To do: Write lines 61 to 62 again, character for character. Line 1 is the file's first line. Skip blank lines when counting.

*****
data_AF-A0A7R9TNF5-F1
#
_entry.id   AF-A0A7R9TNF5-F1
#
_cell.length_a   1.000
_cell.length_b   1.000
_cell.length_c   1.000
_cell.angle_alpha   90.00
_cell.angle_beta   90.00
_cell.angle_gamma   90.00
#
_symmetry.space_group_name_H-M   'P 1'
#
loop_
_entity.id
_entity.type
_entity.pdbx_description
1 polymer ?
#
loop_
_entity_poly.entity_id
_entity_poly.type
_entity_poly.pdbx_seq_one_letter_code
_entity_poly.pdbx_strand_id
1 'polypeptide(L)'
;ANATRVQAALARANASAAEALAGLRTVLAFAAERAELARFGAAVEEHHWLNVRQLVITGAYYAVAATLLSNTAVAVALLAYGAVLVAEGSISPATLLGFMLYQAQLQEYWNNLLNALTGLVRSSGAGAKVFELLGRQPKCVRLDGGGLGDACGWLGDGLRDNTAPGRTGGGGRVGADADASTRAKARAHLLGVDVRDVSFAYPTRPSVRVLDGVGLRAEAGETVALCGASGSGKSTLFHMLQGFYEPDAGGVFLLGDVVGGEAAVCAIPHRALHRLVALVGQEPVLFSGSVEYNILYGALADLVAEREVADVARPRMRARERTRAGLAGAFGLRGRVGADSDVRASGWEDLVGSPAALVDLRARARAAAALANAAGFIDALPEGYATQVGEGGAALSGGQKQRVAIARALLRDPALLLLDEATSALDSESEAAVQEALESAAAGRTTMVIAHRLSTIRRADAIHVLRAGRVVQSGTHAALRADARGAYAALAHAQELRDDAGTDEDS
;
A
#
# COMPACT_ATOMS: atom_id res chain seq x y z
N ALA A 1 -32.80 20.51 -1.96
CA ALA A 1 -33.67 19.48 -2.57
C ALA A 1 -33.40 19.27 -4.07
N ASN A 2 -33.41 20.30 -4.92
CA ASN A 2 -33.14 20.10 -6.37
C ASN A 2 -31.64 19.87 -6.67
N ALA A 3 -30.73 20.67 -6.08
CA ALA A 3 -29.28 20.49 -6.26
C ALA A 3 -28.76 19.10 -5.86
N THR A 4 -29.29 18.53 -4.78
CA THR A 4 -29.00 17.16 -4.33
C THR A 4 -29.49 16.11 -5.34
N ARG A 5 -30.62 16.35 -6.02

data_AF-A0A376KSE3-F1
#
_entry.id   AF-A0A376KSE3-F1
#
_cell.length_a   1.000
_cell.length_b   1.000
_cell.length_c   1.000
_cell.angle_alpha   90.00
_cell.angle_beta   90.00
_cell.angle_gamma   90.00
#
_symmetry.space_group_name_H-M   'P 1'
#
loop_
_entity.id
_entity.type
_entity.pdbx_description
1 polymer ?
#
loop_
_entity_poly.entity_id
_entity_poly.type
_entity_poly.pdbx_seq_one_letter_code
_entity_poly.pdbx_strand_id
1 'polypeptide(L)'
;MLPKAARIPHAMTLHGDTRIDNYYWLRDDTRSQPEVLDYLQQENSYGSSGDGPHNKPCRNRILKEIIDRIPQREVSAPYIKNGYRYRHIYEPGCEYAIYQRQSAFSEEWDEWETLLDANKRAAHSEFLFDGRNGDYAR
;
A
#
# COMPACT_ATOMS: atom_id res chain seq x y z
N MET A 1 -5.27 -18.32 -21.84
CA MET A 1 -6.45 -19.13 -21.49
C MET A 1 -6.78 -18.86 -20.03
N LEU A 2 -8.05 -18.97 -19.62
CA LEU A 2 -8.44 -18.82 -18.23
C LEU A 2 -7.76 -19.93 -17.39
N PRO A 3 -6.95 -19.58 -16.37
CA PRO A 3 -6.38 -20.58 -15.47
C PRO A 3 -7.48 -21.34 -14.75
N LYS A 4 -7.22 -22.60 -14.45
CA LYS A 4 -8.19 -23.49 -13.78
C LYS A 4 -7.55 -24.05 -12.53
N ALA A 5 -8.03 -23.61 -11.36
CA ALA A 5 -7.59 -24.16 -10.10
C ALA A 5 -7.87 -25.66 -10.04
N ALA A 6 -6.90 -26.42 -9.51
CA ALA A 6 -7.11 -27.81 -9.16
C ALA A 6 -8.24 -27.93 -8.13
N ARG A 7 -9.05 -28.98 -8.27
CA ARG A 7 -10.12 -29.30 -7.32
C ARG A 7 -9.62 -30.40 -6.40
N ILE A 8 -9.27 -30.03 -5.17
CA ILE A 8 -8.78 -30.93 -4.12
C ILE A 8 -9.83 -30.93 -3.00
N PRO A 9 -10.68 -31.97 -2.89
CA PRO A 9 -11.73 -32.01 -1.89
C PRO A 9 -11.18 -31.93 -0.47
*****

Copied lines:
1 polymer ?
#